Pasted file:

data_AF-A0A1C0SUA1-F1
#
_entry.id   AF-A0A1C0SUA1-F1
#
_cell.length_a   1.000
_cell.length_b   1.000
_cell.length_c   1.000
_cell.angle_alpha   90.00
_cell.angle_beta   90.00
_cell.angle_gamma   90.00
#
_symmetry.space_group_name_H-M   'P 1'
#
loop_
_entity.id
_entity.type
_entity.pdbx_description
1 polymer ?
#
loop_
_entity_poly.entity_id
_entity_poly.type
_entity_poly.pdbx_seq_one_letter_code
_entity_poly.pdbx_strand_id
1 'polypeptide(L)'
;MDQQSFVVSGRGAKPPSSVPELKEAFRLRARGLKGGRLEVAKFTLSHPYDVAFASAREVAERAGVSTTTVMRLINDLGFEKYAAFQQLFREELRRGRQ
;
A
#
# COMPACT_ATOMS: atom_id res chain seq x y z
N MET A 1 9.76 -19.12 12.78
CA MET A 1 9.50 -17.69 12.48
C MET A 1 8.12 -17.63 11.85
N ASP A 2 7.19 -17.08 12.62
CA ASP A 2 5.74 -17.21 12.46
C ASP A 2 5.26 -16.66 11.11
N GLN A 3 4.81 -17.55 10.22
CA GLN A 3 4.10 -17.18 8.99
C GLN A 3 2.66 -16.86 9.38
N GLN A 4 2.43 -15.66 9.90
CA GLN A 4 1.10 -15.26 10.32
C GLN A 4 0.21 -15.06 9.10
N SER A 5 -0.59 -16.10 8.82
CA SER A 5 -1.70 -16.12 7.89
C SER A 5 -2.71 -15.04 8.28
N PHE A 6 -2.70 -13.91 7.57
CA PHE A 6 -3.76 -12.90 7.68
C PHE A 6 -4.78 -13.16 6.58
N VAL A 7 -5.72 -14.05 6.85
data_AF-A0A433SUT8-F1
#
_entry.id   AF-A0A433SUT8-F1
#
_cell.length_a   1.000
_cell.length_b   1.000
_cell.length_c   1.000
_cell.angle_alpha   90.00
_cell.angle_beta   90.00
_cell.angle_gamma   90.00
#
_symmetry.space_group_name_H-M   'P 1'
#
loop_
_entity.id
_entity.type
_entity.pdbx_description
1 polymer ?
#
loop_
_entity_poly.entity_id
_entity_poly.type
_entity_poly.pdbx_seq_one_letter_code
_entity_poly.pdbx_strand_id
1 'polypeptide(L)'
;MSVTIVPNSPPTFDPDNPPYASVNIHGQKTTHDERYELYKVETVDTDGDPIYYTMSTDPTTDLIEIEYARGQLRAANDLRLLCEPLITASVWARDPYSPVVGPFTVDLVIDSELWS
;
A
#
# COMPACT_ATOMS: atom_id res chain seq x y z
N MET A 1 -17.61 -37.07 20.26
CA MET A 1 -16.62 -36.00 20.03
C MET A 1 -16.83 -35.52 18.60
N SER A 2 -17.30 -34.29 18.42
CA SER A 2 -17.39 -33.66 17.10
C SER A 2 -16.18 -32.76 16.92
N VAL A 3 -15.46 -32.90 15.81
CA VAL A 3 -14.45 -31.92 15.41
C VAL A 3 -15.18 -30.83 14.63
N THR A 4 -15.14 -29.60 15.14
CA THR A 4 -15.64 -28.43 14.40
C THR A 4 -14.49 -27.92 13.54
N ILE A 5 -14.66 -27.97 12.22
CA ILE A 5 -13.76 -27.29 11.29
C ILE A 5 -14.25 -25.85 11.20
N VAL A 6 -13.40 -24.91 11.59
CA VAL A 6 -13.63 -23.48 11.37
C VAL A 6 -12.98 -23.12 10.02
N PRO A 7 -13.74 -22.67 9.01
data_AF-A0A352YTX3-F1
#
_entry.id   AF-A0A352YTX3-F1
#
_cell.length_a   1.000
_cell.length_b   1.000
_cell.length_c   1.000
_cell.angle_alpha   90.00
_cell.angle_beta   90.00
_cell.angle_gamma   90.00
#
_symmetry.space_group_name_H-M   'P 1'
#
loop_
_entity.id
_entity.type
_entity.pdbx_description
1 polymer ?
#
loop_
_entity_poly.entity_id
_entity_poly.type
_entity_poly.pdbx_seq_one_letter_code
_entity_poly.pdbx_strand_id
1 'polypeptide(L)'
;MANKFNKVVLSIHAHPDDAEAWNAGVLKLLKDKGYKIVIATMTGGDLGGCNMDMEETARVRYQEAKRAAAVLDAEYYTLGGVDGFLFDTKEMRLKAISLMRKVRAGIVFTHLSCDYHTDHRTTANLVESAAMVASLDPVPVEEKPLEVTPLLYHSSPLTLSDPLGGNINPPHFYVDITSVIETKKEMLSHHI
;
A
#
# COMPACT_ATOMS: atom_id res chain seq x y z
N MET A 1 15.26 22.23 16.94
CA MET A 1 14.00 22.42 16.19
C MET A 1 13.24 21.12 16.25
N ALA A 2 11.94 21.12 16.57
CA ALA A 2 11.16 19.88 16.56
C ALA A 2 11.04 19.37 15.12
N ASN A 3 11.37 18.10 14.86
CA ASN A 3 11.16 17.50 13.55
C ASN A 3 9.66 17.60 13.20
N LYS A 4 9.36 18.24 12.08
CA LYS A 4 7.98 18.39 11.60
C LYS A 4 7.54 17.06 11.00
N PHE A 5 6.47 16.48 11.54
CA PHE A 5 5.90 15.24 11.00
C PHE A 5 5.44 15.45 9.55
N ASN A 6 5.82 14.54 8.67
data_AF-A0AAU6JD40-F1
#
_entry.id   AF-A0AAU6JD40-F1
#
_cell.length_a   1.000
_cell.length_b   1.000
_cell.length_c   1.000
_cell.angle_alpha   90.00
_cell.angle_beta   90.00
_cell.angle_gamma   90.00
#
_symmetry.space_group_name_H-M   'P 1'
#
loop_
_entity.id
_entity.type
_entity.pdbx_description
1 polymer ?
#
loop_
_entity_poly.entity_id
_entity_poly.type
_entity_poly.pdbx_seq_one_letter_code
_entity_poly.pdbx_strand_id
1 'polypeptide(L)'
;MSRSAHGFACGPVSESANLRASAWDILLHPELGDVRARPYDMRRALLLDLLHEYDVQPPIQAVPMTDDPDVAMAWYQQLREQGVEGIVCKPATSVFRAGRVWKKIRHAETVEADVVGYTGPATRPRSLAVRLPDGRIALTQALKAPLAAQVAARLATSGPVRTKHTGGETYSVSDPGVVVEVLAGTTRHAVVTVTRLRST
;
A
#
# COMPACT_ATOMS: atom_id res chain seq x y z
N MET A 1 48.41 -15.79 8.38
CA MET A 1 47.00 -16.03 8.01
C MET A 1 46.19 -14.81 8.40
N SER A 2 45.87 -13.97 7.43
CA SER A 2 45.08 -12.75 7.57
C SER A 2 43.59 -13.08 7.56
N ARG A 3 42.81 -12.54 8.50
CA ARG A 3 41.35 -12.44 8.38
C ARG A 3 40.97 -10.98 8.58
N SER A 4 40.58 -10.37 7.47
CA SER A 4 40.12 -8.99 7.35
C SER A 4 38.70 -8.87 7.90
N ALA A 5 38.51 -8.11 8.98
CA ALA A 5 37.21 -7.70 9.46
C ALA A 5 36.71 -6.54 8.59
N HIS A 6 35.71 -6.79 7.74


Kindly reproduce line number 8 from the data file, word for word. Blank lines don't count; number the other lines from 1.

_cell.angle_alpha   90.00